Based on current scientific and astronomical data, the show’s vivid visualizations are the result of tens of thousands of hours’ worth of work by the California Academy of Sciences’ in-­house Visualization Studio, one of the only museum-­based production studios in the country. This highly skilled team of animators, engineers, and production experts worked closely with dozens of science advisors and partners, translating complex data into an engaging and educational digital experience for viewers of all ages.

Throughout the show, cutting-­edge visualizations also allow viewers to tag along with robot explorers, zooming by rocky asteroids and icy comets, and even the dwarf planet Pluto. While astronauts have only traveled as far as our nearest neighbor in space, the moon, spacecraft continue to venture to mysterious worlds beyond to make landmark observations and collect valuable data about this final frontier.

Incoming! also gives audiences a closer look at the scientific advances that may allow us to find and track cosmic threats before they reach planet Earth. The show concludes with glowing nighttime views of Chile’s Large Synoptic Survey Telescope, which, once completed, will survey the entire sky every few days, observing and detecting faint moving objects, including asteroids and other Near-­Earth Objects, with incredible sensitivity.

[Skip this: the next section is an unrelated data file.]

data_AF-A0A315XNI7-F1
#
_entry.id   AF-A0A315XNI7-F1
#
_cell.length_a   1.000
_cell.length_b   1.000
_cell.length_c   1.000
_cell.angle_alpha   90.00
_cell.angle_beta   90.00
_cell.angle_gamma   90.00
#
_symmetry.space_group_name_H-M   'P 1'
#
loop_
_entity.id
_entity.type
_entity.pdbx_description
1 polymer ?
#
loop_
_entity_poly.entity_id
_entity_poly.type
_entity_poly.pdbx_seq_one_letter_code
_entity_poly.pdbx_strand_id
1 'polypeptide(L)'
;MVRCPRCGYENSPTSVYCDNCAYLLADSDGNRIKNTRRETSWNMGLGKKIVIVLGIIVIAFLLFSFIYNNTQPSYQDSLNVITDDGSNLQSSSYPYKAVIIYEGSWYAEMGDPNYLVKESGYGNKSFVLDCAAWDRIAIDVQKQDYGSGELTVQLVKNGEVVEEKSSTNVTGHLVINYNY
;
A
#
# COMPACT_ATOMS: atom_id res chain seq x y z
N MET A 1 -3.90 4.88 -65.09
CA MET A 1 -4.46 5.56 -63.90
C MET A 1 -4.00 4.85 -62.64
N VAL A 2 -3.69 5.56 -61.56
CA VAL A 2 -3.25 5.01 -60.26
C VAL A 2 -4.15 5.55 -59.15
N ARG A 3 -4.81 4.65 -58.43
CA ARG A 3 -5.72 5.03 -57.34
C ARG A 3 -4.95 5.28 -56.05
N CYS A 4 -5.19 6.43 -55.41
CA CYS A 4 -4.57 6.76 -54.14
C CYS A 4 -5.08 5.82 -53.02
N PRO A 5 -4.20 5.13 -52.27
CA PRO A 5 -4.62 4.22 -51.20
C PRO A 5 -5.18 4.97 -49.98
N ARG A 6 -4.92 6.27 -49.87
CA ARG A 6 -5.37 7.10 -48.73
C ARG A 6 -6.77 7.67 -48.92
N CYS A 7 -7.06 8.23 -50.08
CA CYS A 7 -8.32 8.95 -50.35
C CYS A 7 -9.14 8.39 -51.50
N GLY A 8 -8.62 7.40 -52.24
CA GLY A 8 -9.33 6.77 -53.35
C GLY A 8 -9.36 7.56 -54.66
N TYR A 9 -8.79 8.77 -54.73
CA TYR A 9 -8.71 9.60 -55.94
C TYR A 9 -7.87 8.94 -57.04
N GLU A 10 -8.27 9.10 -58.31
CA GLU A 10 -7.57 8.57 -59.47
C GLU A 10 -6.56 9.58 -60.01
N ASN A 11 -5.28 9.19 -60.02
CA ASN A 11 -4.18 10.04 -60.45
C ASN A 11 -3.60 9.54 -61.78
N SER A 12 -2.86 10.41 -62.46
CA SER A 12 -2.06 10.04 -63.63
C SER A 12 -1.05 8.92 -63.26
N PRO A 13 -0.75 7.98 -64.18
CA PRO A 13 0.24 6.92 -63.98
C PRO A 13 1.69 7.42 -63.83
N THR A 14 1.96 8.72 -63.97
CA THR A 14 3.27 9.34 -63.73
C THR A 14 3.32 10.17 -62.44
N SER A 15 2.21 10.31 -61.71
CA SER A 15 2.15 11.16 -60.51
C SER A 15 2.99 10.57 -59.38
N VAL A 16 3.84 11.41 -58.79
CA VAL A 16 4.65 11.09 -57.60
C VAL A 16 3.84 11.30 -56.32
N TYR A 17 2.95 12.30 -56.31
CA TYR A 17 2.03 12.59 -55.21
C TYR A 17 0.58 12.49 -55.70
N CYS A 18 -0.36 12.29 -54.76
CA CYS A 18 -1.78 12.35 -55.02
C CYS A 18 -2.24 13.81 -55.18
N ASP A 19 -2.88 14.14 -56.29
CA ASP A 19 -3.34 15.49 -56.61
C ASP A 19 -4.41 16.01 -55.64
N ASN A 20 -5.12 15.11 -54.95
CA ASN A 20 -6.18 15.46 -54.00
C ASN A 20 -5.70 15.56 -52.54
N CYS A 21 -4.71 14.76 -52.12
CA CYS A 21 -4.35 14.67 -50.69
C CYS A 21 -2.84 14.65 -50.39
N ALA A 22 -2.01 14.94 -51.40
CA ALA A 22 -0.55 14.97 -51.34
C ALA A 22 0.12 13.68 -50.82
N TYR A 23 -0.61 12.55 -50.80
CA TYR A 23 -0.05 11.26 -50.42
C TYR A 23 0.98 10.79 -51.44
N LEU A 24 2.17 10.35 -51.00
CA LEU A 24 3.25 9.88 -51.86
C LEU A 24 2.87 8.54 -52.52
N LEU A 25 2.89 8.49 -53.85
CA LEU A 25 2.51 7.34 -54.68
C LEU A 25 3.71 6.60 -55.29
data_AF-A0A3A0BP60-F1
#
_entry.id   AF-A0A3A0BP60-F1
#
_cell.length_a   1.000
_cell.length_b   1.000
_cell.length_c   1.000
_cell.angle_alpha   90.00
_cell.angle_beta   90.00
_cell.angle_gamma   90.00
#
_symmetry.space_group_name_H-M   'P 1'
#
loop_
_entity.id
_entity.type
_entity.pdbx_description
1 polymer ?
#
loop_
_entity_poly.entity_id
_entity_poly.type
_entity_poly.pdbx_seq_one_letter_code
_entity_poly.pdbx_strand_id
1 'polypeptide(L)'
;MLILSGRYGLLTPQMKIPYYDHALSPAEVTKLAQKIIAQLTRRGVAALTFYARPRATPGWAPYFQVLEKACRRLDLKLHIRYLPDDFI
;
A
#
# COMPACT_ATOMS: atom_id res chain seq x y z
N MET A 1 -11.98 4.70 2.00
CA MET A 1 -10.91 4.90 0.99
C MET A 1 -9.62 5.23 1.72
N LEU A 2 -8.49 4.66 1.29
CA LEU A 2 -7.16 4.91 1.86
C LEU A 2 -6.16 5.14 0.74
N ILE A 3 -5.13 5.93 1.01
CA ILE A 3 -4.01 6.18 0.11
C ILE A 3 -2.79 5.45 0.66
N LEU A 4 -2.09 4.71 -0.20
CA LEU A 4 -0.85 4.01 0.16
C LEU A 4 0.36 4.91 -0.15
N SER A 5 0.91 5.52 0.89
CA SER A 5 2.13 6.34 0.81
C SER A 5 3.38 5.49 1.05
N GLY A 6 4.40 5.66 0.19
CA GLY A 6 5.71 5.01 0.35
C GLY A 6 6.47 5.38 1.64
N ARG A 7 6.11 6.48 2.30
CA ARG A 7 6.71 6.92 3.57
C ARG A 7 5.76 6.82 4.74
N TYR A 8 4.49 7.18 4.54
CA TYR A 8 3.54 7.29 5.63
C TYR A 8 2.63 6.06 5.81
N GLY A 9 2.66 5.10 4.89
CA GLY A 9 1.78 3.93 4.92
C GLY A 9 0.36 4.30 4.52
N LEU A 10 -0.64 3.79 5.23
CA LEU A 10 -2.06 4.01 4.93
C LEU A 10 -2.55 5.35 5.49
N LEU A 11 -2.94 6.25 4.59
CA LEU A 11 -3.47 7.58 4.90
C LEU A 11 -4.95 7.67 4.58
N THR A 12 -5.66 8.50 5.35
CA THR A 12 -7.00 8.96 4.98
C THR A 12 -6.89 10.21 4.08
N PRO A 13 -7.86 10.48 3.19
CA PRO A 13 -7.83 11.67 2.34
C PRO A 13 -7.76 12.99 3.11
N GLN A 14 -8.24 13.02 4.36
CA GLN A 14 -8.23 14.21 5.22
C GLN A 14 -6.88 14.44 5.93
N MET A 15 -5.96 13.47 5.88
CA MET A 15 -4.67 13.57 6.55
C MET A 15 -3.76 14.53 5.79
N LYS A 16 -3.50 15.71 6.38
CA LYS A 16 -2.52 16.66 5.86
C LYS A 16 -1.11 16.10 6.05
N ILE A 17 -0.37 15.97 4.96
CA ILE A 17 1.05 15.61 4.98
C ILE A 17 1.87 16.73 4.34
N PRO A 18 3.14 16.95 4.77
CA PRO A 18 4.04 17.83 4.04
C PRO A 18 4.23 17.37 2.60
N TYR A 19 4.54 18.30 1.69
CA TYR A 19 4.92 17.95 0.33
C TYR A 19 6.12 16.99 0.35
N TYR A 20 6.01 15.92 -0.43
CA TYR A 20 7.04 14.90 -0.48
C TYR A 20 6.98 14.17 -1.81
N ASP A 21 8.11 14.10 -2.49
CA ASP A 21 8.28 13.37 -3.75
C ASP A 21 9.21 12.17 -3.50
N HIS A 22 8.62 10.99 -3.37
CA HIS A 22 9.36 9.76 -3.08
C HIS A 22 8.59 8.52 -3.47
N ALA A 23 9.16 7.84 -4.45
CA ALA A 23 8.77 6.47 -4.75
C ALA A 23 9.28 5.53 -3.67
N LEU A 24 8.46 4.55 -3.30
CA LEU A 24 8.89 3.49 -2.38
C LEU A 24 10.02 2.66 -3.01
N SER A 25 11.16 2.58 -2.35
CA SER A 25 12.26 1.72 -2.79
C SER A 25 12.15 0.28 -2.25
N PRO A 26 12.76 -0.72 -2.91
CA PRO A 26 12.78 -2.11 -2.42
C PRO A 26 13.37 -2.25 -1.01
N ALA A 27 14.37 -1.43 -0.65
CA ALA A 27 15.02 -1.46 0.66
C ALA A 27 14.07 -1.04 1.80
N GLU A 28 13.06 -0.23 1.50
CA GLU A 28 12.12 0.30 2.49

Incoming! will be a featured film in the Planetarium until March 2019. It joins other fascinating planetarium features in this schedule effective Saturday, June 30:

11 a.m.: The Little Star That Could

12 p.m.: Incoming!

2 p.m.: Enchanted Skies

3 p.m.: Earth, Moon, & Sun

4 p.m.: Black Holes

The planetarium is a currently a special value since it is included in admission to the traveling Da Vinci—The Genius exhibition until it closes at the museum. Tickets may also be purchased only for planetarium shows.

 

About the New Mexico Museum of Natural History & Science: http://www.nmnaturalhistory.org. Established in 1986, the mission of the New Mexico Museum of Natural History and Science is to preserve and interpret the distinctive natural and scientific heritage of our state through extraordinary collections, research, exhibits and programs designed to ignite a passion for lifelong learning. The NMMNHS offers exhibits, exhibitions, programs and workshops in Paleontology, Geoscience, Bioscience, Earth Science, Natural Science, Gemology, is the Southwest’s largest repository for dinosaur fossils, and includes a Planetarium and a DynaTheater. A division of the New Mexico Department of Cultural Affairs, the Museum is open seven days a week, from 9 a.m. – 5 p.m., closed Thanksgiving, Christmas and new year’s day. 1801 Mountain Road NW, northeast of Historic Old Town Plaza, Albuquerque, NM 87104, (505) 841-2800.  Events, news releases and images about activities at the Museum of Natural History and Science and other in divisions of the Department of Cultural Affairs can be accessed at media.newmexicoculture.org.